RGG Law on Making the Most of Downtime
People take time off work for a variety of reasons, and, more often than not, they enjoy the break. However, if you are forced to take a hiatus from your career because of a disability or illness, the time spare time you have can quickly become more of a burden than a blessing. Not only that, but extended periods of downtime without productivity can sometimes lead to issues outside the initial disability such as depression, only compounding things further. RGG Law has a few pieces of advice for keeping busy when you are facing a longer break from your working life.
Enjoy the Initial Downtime
Although it sounds counterintuitive, it is important to actually use some of the time you have to relax and, depending on your condition, recuperate. You have likely been told to take the time off, and there is a reason. Spend some time doing nothing, just enjoying the peace and learning to take things slow. Embracing this part of your leave from the outside is more likely to help you begin to get active again later, since most of us get bored or not doing very much after a while. The lack of pressure, both of the workplace and the idea of recovery, will be a big help. Depending on your condition, illness, or disability, it may even help to take your mind off your symptoms.
Set Specific Tasks
Once you have spent some time just appreciating having the time off, you should start putting yourself to work. At the outset, the RGG Law team feels it is important here to firmly remind you to take things slowly. If you have been put on leave due to a serious illness or a disability, the last thing you should do is over-do. Make sure that you make work for yourself that is within reason – physical or mental tasks that you are up to, and that do not push you too much.
With that said, it can be important for both physical and mental illnesses to challenge yourself in small increments. Seeing gradual improvements in what you are able to accomplish makes a big difference in how you feel. Whether these are basic household tasks, taking time to garden outside, sort through possessions, clothes or other household items that you have accumulated to declutter. Just make sure that, whatever you are doing, to make sure it is within your current abilities, and to check in with friends, family and any medical professionals you may be under the care of.
Discover a New Hobby
If you find you have done everything you can around the house and still have a long time left until you can return to work, or are indefinitely unable to, it may be time to find a new hobby. If you have always been creatively-minded, now is the time to exercise that creativity with the spare time you have.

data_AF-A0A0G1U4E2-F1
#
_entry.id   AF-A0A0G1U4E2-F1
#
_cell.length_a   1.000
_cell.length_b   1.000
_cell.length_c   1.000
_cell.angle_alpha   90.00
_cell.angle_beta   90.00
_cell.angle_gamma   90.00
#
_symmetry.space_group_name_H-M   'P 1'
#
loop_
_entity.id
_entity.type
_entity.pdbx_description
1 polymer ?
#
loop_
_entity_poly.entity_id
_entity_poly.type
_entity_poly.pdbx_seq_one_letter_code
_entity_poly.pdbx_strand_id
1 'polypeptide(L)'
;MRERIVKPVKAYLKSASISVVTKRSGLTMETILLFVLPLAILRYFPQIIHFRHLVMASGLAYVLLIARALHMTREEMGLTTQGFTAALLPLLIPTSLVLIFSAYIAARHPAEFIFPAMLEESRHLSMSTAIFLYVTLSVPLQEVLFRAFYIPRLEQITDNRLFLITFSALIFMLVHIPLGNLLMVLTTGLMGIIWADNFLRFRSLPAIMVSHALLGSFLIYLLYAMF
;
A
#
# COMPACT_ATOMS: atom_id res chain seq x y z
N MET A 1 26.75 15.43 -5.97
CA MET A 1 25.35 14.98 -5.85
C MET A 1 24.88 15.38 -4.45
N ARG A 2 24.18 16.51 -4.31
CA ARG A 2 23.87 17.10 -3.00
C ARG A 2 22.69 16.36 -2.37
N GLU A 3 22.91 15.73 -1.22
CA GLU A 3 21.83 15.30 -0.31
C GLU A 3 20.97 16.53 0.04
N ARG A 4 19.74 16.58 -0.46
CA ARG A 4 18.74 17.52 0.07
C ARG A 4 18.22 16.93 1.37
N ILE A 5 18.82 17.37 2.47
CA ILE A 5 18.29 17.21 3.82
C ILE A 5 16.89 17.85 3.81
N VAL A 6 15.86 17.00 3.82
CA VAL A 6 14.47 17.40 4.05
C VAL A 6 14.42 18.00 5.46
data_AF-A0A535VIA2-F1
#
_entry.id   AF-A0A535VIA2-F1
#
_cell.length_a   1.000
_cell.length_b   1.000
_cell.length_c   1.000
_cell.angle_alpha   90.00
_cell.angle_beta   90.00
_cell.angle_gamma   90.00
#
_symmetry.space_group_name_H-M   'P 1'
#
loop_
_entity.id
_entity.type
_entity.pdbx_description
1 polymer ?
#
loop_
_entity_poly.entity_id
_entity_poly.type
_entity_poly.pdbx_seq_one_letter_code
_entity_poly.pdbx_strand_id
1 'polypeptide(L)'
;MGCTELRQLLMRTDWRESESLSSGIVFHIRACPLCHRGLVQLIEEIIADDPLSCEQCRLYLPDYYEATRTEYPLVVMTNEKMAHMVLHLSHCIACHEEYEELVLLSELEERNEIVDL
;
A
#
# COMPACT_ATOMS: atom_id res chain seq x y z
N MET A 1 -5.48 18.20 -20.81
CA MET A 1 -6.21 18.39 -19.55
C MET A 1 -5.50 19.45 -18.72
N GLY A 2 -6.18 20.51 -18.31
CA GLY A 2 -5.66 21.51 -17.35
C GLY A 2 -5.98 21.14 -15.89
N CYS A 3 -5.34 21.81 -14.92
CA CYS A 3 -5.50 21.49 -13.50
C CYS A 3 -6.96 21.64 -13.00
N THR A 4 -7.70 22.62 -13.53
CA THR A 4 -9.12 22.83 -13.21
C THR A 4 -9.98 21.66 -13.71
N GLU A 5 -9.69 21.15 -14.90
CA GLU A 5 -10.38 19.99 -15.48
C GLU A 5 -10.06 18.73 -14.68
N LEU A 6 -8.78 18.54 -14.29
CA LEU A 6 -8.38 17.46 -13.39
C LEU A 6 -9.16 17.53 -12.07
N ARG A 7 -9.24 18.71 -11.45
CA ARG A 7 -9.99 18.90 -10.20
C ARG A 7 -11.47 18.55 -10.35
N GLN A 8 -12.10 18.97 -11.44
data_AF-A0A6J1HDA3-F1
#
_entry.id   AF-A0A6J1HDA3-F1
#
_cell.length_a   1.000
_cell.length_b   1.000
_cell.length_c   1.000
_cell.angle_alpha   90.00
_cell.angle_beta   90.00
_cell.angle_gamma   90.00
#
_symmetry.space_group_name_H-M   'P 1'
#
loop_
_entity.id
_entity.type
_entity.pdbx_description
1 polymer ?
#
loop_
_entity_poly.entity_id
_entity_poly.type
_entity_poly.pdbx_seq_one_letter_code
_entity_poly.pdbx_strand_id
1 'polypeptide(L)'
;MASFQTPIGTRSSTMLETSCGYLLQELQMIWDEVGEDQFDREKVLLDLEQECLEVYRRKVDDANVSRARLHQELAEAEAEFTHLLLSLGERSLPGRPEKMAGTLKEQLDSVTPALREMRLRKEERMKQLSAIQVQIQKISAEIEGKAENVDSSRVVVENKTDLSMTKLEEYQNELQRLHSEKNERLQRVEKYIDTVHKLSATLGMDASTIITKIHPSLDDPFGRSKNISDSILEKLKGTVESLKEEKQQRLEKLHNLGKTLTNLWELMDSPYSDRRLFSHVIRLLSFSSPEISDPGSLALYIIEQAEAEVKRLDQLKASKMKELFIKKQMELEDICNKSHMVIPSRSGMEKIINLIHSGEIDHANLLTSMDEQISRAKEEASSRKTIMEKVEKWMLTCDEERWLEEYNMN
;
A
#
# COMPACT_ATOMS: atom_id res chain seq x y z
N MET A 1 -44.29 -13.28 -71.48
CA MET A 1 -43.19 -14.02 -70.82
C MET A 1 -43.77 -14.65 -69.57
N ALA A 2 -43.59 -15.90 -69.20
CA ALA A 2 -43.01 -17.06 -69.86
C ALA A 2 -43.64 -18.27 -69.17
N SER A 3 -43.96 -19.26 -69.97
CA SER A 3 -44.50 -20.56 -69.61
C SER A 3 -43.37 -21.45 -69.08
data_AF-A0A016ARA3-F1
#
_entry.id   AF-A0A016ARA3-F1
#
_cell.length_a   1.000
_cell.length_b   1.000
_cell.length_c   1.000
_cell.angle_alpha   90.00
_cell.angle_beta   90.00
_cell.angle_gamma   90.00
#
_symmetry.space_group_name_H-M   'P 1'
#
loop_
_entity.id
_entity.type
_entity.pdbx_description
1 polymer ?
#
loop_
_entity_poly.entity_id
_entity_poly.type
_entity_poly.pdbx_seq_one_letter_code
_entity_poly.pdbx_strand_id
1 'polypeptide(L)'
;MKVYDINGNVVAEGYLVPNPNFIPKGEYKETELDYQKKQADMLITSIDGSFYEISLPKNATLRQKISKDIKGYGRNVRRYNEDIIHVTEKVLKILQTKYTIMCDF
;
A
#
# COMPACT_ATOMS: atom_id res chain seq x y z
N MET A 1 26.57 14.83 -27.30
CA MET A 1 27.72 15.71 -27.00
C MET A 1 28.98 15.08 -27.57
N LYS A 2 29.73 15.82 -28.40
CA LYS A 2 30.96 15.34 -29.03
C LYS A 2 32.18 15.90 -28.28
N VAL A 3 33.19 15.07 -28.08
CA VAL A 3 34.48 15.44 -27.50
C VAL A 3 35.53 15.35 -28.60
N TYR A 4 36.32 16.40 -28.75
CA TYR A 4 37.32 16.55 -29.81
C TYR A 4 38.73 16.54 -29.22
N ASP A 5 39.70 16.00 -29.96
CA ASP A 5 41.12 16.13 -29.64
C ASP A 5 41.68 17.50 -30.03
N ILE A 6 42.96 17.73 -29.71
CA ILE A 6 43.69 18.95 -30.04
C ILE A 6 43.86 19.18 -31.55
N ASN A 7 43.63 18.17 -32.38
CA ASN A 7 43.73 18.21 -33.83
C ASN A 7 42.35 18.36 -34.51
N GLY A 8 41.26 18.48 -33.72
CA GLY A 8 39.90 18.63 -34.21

Creative endeavors such as painting, writing, stitching, or anything that involves making something that is expressive and requires focus have long been held up as major boosters of mood and confidence. This is especially important if you are on long-term disability, as it can help immensely to stop you finding yourself in a slump. If you are out of work due to mental health issues, creative exercises are an effective form of self-help that can improve the results of professional therapy or medication.
Even if you do not consider yourself a burgeoning Picasso or Steven King, picking up any hobby – whether it is brand new to you or an old passion that was sidelined for your career – can be just as rewarding as more typically creative hobbies. Gardening, Yoga, DIY, or intently reading fiction or nonfiction are all ideal as long as they are within the current limits of your abilities. Remember, as with setting yourself tasks, avoid pushing yourself and making your situation worse.
Plan Your Schedule
The RGG Law team knows that one of the biggest, yet underappreciated advantages of working life is that it provides a structure and routine that helps many of us feel at ease. Taking long-term leave, whatever the reason, can very easily disrupt that routine. Unstructured, unfocused and unproductive free time can have a surprisingly negative effect on many people. Not only does it disrupt things like your sleep schedule, resulting in over-or-under sleeping, but it can lead to depression and difficulty focusing.
If you are facing a lengthy time away from work, RGG Law recommends that you schedule your days. Whether you are doing household tasks or indulging in hobbies and interests, doing them by a timetable is good way to structure your day. Even people with creative careers such as artists or writers will structure their day much like an office job, as it improves their ability to focus and prevents them from distraction. For those with mental health or neurological issues, this is also an effective method of avoiding dwelling on negative thoughts or feelings. Even if your daily schedule remains vague and flexible, just a semblance of structure will help.
A major risk in being off work for a long period of time is a lack of contact with others. Work often offers an easy way of socializing day-to-day, and having that taken away by disability or illness can lead to feelings of isolation. The RGG Law strongly advises that you stay in touch with friends and family, especially if you live alone. If you do find yourself discovering a hobby, consider looking into whether that are any local interest groups that share it and attending when you are able. This not only helps you feel less alone but can help you form lasting relationships with new friends.
RGG Law and Long Term Disability
If you are facing a long-term disability, or are seeking disability benefits, RGG Law is here to give you guidance and advice. You can contact one of our disability attorneys today for a free consultation.